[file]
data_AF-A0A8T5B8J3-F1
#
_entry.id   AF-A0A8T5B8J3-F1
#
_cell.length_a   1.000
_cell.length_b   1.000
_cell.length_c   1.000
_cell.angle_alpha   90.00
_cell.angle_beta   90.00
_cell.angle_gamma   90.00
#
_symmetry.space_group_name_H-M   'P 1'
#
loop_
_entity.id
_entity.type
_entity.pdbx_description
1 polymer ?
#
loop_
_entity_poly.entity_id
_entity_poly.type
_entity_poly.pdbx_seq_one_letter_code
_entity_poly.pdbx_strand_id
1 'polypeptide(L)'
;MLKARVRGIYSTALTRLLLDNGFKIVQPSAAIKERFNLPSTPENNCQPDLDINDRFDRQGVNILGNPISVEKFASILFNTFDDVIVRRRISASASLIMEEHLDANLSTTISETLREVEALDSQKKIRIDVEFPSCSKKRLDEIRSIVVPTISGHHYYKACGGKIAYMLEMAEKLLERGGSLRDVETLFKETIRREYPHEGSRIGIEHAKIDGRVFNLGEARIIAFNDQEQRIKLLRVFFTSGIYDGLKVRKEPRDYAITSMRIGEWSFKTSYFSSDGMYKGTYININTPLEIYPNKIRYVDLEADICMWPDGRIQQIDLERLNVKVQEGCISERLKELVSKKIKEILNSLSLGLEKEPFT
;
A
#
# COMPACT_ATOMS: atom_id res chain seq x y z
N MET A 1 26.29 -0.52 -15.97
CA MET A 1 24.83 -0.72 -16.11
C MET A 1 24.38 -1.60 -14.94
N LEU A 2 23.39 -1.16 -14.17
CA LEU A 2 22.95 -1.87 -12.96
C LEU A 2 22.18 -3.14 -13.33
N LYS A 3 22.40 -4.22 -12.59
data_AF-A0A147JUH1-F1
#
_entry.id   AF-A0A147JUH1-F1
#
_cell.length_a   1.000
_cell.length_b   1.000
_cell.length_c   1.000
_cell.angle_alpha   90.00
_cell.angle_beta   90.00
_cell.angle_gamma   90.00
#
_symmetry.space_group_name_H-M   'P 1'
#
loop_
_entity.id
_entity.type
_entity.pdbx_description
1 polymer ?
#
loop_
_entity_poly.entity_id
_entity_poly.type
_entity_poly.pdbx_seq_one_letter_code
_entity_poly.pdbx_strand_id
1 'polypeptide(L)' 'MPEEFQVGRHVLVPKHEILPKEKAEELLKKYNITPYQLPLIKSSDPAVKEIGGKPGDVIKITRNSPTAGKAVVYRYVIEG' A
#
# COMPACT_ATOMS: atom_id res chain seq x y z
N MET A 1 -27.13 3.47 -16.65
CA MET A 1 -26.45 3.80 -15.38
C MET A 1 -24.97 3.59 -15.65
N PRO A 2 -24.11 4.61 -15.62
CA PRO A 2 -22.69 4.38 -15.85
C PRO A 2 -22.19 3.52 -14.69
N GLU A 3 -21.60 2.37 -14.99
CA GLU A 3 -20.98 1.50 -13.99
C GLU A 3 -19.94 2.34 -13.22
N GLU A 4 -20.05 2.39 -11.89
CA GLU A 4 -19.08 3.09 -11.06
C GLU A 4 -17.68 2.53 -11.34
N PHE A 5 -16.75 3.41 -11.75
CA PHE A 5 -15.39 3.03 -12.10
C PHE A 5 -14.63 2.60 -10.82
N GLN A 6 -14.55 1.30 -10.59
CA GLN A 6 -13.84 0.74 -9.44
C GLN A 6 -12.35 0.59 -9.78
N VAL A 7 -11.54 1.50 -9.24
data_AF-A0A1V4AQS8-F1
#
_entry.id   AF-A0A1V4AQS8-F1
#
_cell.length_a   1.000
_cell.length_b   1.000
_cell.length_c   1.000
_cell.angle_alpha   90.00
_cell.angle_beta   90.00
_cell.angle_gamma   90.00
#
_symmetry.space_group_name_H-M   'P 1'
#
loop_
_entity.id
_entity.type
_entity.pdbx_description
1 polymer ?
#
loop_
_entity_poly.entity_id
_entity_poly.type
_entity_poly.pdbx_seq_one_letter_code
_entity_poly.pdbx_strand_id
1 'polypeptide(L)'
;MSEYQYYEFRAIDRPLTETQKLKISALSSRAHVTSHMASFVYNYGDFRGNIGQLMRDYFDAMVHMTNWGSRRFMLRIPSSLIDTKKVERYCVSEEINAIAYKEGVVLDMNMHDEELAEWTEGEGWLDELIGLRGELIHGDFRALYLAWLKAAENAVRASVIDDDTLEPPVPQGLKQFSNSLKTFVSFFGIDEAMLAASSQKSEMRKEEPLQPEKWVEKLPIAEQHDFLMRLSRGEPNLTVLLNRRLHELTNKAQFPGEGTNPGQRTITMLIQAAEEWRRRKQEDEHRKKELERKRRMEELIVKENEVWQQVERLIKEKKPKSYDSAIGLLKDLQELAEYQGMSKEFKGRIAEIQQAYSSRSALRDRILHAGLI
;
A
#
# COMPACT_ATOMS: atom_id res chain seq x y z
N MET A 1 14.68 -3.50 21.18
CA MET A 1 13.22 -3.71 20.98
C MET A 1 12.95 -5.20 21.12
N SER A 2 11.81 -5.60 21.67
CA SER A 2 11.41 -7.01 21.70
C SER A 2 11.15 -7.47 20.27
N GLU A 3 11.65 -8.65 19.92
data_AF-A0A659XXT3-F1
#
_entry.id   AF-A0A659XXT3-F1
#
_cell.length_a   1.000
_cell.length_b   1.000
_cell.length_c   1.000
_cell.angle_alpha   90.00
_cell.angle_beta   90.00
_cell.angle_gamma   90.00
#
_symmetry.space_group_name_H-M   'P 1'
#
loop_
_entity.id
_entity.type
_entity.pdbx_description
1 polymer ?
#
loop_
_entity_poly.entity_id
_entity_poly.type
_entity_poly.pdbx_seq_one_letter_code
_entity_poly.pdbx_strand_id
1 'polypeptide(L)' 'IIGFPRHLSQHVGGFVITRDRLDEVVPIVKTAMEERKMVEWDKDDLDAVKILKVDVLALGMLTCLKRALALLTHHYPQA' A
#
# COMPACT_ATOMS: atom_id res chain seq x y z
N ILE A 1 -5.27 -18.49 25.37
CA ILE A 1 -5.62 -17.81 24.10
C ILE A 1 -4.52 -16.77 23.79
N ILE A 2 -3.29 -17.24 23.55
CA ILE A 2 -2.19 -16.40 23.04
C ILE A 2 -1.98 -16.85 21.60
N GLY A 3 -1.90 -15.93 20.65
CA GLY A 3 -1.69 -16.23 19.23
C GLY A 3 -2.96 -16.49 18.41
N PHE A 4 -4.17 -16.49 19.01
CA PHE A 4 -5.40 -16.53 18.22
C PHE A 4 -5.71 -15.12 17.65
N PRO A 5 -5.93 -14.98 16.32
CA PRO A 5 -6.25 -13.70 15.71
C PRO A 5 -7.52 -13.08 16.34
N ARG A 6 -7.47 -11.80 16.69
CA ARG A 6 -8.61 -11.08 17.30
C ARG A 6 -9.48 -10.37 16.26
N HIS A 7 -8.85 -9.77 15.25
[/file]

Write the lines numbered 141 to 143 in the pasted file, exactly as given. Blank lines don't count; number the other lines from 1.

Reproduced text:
_entity_poly.entity_id
_entity_poly.type
_entity_poly.pdbx_seq_one_letter_code